And here is reference 35 in that last paragraph, about which I've blogged before.

I Ashlagi, E Love, JI Reminick, AE. Roth
Early vs Single Match in the Transition to Residency: Analysis Using NRMP Data From 2014 to 2021
J Grad Med Educ, 15 (2) (Apr 2023), pp. 219-227, 10.4300/JGME-D-22-00177.1

Tuesday, December 5, 2023

Organ & Body Donations: John Oliver

Laugh through the tears with John Oliver:

Monday, December 4, 2023

Convalescent plasma: the picture is getting clearer

 Slowly, there is evidence accumulating that convalescent plasma is helpful in treating patients with severe Covid, if it is administered early.  There is also evidence that it doesn't help much once the disease has become well established, particularly when the primary symptoms become due to the body's own immune reaction.  These caveats help explain why early reports did not find an effect of convalescent plasma--i.e. it helped only a subset of the patients to whom it was administered. But for those it was sometimes life saving. Here is a recent paper from the New England Journal of Medicine.

Convalescent Plasma for Covid-19–Induced ARDS in Mechanically Ventilated Patients by Benoît Misset, M.D., Michael Piagnerelli, M.D., Ph.D., Eric Hoste, M.D., Ph.D., Nadia Dardenne, M.Sc., David Grimaldi, M.D., Ph.D., Isabelle Michaux, M.D., Ph.D., Elisabeth De Waele, M.D., Ph.D., Alexander Dumoulin, M.D., Philippe G. Jorens, M.D., Ph.D., Emmanuel van der Hauwaert, M.D., Frédéric Vallot, M.D., Stoffel Lamote, M.D., et al., October 26, 2023, N Engl J Med 2023; 389:1590-1600 DOI: 10.1056/NEJMoa2209502



Passive immunization with plasma collected from convalescent patients has been regularly used to treat coronavirus disease 2019 (Covid-19). Minimal data are available regarding the use of convalescent plasma in patients with Covid-19–induced acute respiratory distress syndrome (ARDS).


In this open-label trial, we randomly assigned adult patients with Covid-19–induced ARDS who had been receiving invasive mechanical ventilation for less than 5 days in a 1:1 ratio to receive either convalescent plasma with a neutralizing antibody titer of at least 1:320 or standard care alone. Randomization was stratified according to the time from tracheal intubation to inclusion. The primary outcome was death by day 28.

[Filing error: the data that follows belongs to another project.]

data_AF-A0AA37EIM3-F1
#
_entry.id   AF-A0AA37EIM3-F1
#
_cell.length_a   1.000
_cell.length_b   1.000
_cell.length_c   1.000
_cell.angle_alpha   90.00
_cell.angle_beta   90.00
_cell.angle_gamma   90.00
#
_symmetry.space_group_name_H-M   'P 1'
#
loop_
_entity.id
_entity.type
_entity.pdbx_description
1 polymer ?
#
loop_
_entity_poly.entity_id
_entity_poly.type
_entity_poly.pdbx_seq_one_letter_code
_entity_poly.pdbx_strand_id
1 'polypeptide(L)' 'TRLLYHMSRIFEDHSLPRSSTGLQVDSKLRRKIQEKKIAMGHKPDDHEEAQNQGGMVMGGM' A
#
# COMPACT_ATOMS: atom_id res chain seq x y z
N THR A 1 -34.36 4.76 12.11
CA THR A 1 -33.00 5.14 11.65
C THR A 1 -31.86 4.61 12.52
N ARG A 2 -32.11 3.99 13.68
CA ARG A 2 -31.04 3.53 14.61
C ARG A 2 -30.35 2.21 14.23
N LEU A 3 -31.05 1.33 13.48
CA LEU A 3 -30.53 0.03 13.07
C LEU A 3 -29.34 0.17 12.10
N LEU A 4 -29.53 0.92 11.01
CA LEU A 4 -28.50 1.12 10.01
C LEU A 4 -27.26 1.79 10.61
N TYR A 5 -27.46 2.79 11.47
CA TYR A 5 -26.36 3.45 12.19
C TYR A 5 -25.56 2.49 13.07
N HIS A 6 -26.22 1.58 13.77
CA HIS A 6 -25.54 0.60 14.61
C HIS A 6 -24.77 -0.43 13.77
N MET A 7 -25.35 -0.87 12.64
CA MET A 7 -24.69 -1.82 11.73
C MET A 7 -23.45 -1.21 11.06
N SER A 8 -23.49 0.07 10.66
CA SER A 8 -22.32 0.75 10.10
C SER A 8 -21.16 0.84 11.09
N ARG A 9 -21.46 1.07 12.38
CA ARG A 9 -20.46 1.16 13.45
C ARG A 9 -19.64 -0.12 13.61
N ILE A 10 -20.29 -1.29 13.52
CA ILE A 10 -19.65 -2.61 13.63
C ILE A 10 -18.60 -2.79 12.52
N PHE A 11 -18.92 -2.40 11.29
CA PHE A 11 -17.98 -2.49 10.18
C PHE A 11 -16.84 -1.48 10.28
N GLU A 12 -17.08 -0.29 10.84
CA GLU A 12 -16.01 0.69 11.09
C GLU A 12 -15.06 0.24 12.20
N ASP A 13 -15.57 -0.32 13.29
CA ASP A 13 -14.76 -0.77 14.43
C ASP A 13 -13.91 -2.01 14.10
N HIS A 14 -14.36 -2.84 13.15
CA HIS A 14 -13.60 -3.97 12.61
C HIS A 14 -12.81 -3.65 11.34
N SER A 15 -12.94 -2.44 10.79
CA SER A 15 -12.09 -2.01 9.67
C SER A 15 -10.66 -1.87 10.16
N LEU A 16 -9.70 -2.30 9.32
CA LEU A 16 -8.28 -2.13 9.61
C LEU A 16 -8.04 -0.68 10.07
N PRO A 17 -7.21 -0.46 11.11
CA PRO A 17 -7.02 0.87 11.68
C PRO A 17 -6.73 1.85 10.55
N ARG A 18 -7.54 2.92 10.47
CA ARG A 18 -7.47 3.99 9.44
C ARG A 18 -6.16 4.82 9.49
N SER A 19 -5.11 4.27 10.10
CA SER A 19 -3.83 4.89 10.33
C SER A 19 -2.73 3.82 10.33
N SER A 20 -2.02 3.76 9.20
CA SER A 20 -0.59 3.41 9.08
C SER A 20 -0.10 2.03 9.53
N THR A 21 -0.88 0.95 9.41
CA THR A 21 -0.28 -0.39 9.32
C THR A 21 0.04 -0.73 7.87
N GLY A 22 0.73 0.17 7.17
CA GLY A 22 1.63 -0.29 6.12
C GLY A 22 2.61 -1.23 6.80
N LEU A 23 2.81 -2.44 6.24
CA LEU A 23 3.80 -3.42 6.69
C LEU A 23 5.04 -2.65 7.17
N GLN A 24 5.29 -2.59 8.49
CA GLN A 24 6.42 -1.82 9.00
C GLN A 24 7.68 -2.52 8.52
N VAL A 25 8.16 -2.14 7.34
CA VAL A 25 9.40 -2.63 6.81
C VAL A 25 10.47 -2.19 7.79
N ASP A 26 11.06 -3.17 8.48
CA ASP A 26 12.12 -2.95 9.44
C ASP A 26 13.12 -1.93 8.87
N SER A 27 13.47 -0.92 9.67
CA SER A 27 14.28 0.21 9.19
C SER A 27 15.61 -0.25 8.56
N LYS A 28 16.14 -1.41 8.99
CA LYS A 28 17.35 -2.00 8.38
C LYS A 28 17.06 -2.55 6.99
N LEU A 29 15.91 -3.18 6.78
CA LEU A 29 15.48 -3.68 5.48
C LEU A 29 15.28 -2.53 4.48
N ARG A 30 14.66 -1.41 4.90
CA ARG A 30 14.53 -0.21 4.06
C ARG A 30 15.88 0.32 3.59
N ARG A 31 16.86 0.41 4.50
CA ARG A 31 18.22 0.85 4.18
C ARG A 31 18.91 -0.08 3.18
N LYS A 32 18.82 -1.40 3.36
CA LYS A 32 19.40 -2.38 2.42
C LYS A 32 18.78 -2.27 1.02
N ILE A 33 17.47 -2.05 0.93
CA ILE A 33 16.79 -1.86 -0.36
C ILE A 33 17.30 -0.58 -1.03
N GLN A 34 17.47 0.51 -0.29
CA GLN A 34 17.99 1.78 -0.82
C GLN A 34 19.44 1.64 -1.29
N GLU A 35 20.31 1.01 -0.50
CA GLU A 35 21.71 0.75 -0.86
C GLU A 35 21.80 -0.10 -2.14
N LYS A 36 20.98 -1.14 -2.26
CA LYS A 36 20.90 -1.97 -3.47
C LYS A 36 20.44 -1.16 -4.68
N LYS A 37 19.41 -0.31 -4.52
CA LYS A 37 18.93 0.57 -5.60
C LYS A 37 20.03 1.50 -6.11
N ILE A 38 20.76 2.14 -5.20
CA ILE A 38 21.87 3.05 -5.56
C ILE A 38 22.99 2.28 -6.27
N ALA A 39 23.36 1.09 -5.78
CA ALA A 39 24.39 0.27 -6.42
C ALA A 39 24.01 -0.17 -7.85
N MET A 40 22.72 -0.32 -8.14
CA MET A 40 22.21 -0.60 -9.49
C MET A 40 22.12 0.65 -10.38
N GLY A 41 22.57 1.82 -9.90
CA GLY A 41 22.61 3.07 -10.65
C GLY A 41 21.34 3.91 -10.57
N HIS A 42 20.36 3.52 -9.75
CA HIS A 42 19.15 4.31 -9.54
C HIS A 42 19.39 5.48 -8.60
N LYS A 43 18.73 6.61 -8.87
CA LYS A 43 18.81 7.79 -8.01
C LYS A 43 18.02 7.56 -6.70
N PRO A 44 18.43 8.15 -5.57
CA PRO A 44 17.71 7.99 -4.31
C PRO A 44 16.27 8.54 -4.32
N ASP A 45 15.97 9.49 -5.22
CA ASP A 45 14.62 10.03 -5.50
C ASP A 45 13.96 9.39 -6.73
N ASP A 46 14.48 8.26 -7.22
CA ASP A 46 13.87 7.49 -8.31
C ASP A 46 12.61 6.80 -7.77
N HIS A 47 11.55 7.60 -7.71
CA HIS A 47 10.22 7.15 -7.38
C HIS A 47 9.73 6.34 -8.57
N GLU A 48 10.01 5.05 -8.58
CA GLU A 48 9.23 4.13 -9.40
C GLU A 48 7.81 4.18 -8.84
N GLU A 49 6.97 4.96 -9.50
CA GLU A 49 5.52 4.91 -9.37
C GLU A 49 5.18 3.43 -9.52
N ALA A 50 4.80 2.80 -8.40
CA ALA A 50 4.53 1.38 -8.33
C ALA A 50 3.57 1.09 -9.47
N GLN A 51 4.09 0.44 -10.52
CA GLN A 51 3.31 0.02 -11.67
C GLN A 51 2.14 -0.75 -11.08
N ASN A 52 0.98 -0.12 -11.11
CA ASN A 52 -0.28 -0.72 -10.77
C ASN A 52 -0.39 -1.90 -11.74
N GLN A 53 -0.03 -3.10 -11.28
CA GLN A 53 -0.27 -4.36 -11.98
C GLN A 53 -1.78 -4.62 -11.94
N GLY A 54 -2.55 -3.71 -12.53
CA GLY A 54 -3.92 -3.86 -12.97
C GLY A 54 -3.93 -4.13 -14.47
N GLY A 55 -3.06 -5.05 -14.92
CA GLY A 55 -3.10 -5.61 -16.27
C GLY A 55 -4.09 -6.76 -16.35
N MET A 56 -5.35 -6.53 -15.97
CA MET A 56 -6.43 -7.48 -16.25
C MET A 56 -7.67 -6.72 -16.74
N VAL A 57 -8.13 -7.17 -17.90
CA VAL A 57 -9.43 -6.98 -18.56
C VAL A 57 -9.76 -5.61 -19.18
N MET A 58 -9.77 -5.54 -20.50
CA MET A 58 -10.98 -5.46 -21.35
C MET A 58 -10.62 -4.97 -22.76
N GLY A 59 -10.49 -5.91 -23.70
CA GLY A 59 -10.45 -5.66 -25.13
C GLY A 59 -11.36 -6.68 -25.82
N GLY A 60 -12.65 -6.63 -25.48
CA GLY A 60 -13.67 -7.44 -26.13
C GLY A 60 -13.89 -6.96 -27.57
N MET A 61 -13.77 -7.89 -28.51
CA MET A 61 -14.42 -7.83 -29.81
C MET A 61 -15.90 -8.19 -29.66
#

A total of 475 patients underwent randomization from September 2020 through March 2022. Overall, 237 patients were assigned to receive convalescent plasma and 238 to receive standard care. Owing to a shortage of convalescent plasma, a neutralizing antibody titer of 1:160 was administered to 17.7% of the patients in the convalescent-plasma group. Glucocorticoids were administered to 466 patients (98.1%). At day 28, mortality was 35.4% in the convalescent-plasma group and 45.0% in the standard-care group (P=0.03). In a prespecified analysis, this effect was observed mainly in patients who underwent randomization 48 hours or less after the initiation of invasive mechanical ventilation. Serious adverse events did not differ substantially between the two groups.


The administration of plasma collected from convalescent donors with a neutralizing antibody titer of at least 1:160 to patients with Covid-19–induced ARDS within 5 days after the initiation of invasive mechanical ventilation significantly reduced mortality at day 28. This effect was mainly observed in patients who underwent randomization 48 hours or less after ventilation initiation."


Here are my posts on convalescent plasma, and the confusing initial reports about its effects.

Sunday, December 3, 2023

Photos from the daily market design activity at Stanford

Two photos remind me of the day to day market design activity at Stanford. 

Tinglong Dai joined our Wednesday market design coffee and sent along this picture. (You can see who came by plane and who came by bike...)  He wrote about his visit here.

And Matias Cersosimo successfully defended his dissertation on Friday, which  included market design experiments like this one.

 Welcome to the club, Matias.

Saturday, December 2, 2023

Design of (international) kidney exchange: ex-post rejection versus ex-ante withholding